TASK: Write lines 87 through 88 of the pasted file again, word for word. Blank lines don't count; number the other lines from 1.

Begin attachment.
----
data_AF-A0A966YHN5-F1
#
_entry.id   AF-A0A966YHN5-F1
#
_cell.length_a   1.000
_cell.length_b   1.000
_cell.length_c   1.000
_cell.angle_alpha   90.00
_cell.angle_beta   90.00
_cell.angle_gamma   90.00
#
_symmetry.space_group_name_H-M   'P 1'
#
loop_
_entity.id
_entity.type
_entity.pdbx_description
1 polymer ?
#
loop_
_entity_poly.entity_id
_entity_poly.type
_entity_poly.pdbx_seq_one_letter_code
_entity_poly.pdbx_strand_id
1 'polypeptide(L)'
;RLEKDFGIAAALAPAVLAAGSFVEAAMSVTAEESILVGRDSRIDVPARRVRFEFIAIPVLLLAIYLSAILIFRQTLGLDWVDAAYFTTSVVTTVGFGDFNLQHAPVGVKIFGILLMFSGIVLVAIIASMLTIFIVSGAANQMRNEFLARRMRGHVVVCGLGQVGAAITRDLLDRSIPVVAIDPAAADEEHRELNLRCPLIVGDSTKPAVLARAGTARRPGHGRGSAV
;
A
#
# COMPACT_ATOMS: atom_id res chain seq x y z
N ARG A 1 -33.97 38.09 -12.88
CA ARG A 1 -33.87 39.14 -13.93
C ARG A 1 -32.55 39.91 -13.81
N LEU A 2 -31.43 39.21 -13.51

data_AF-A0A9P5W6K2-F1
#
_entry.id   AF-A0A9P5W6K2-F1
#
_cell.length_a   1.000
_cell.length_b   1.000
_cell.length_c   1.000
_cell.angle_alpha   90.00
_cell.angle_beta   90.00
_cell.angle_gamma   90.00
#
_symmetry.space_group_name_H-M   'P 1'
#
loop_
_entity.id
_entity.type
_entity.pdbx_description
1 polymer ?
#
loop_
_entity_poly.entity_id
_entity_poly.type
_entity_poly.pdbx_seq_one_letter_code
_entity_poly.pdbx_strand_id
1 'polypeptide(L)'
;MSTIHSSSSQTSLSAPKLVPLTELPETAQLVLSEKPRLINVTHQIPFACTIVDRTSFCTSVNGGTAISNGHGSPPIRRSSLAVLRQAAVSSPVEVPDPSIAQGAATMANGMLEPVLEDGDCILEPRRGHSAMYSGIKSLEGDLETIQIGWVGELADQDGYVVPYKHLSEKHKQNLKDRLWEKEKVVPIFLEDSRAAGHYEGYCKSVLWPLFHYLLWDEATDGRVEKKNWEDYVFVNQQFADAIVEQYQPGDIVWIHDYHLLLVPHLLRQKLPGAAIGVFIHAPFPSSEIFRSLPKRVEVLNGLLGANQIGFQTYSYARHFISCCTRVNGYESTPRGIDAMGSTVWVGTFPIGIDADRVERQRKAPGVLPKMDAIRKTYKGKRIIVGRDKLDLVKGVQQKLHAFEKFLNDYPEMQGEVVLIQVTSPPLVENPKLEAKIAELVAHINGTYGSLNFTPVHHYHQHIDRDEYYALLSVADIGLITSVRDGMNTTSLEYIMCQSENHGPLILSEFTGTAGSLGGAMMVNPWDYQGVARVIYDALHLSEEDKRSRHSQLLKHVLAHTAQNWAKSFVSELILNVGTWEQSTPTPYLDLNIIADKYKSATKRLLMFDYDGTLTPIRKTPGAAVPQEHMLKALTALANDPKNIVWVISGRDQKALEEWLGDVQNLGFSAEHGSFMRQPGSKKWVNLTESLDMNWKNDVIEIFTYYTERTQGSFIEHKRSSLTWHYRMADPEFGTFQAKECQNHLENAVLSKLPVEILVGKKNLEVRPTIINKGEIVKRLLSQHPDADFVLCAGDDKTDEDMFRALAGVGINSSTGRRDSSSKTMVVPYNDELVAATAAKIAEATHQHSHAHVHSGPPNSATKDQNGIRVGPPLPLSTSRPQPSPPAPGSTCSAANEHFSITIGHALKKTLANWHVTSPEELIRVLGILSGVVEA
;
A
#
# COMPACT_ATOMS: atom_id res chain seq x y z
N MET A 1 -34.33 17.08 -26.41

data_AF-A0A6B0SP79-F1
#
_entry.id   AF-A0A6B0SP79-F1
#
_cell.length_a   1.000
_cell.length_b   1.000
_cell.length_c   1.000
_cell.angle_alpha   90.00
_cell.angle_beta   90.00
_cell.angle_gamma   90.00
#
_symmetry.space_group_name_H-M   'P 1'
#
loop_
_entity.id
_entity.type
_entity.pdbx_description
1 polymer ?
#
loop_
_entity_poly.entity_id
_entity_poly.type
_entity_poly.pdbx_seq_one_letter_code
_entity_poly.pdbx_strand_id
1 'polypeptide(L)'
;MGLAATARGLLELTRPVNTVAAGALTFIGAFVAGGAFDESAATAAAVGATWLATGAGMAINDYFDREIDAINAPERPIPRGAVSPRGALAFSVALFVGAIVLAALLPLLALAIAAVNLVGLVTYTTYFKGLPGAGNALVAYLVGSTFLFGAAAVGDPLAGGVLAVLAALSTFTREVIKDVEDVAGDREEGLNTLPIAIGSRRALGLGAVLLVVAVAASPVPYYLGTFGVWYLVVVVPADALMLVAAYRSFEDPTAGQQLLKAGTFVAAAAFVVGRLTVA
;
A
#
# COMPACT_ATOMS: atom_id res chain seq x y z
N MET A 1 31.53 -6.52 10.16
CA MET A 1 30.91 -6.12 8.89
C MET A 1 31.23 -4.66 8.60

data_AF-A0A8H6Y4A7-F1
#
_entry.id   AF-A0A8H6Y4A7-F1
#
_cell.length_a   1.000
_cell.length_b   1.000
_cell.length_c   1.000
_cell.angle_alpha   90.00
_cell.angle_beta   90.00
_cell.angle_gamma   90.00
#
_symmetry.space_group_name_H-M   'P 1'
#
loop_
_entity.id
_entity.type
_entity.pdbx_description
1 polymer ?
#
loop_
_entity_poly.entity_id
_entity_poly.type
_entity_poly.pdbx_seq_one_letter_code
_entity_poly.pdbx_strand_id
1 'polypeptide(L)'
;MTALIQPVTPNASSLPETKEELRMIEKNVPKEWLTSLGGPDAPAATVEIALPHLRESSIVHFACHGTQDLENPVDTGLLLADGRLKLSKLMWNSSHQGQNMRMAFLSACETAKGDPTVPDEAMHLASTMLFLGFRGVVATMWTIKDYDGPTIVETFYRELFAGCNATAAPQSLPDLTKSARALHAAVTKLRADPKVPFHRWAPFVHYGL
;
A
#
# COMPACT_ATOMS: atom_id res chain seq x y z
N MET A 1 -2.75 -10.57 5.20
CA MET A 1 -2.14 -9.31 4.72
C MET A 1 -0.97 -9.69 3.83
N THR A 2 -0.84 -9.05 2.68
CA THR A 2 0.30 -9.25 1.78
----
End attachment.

_entity_poly.type
_entity_poly.pdbx_seq_one_letter_code